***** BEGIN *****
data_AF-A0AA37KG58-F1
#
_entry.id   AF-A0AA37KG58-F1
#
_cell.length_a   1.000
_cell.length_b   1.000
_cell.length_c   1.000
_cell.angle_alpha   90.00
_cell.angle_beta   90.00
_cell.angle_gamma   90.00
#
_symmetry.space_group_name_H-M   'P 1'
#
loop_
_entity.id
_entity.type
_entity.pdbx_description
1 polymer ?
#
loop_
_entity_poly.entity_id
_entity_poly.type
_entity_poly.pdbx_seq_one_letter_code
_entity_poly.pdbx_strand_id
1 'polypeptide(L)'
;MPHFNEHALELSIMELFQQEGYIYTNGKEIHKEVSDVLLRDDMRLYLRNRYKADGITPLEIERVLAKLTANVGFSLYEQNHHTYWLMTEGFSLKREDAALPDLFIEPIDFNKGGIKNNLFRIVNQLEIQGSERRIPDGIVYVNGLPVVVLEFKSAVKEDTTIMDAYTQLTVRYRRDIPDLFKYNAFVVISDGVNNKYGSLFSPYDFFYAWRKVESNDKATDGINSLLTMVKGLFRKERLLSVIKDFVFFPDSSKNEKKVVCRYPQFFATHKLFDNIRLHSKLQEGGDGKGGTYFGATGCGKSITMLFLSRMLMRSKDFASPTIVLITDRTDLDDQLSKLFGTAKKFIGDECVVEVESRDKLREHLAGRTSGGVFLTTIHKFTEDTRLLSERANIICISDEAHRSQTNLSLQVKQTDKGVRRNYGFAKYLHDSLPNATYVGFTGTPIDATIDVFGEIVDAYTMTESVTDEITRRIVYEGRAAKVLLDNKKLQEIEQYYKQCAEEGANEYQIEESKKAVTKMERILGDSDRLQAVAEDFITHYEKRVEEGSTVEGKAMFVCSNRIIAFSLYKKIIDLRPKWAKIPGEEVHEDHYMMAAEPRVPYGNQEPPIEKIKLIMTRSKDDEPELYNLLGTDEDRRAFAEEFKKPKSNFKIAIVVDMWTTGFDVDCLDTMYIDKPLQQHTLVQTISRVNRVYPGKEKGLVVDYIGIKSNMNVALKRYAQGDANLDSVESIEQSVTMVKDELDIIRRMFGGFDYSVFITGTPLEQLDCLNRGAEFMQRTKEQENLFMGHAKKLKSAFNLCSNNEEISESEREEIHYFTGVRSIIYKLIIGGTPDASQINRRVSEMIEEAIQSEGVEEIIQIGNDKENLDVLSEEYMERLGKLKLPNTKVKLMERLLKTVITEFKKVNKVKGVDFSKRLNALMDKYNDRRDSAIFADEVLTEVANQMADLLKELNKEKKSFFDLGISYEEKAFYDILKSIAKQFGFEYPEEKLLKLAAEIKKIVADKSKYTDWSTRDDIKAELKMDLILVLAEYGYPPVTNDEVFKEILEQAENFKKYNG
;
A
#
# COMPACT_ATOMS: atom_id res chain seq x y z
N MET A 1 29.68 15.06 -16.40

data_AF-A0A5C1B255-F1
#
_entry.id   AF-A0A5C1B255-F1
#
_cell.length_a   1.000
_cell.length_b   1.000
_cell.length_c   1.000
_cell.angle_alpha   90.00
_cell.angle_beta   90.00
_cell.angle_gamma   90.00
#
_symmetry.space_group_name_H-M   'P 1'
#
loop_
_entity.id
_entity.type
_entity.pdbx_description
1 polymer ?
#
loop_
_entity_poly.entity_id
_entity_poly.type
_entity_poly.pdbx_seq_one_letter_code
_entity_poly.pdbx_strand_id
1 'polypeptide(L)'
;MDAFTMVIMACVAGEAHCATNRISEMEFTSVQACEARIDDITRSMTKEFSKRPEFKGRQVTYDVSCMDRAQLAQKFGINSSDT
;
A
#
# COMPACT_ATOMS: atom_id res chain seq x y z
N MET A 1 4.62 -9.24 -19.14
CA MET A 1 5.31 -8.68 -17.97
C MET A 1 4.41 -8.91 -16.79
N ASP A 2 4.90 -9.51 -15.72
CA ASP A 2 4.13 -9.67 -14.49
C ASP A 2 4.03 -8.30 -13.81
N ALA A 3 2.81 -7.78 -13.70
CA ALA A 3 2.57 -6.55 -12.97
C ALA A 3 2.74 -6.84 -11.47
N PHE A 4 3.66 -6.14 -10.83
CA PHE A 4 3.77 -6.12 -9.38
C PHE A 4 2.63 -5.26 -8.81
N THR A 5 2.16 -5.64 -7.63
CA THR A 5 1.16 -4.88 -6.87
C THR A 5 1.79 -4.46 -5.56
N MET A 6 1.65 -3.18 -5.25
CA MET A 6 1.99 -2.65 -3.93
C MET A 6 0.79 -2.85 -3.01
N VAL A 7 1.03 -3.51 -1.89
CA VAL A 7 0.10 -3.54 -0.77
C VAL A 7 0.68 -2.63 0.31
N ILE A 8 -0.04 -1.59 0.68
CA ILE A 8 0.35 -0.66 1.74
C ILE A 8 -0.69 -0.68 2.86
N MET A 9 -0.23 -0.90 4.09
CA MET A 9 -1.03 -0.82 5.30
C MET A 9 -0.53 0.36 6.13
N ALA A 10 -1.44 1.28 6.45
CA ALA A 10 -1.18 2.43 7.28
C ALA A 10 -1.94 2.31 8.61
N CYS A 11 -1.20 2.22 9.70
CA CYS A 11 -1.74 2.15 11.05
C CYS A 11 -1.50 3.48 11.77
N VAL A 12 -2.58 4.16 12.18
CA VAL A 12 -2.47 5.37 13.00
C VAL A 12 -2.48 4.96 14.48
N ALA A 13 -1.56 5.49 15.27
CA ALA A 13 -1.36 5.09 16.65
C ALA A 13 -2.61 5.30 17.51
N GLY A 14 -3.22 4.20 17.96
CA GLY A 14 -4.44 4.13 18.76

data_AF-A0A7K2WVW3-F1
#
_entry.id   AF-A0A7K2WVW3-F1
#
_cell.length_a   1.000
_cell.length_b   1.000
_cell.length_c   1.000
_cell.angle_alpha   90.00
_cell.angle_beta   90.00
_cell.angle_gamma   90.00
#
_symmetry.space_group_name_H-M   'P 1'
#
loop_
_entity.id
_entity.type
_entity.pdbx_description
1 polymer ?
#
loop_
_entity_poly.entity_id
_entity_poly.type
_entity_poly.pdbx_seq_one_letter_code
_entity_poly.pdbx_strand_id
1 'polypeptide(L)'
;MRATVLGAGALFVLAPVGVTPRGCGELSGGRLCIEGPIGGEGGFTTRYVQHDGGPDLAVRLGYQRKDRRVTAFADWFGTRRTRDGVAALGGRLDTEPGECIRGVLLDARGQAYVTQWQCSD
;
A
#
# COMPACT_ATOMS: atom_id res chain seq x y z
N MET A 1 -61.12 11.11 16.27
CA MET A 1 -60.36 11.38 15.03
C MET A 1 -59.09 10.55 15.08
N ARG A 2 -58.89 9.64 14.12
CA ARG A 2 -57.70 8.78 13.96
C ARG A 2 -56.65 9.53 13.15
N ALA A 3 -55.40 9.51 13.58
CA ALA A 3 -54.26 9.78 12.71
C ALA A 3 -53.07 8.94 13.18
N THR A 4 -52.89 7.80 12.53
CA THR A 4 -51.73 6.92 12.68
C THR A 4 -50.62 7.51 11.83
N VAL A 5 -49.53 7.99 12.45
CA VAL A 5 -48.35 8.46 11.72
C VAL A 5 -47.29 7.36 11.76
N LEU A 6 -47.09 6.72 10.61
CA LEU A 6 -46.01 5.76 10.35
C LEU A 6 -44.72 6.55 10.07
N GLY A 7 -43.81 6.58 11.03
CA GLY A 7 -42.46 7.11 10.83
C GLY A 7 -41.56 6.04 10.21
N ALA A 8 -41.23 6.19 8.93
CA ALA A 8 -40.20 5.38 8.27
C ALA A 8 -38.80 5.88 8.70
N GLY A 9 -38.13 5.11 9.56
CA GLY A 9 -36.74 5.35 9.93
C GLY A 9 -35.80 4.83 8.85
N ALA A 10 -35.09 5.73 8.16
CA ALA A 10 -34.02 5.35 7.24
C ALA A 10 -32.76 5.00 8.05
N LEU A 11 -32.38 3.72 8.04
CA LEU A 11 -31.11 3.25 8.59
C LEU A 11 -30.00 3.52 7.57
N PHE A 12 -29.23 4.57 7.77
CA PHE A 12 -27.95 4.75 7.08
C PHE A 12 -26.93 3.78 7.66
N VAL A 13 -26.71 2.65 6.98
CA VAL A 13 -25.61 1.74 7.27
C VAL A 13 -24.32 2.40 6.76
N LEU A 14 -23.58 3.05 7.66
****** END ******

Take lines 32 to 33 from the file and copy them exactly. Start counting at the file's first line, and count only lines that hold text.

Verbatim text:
data_AF-A0A5C1B255-F1
#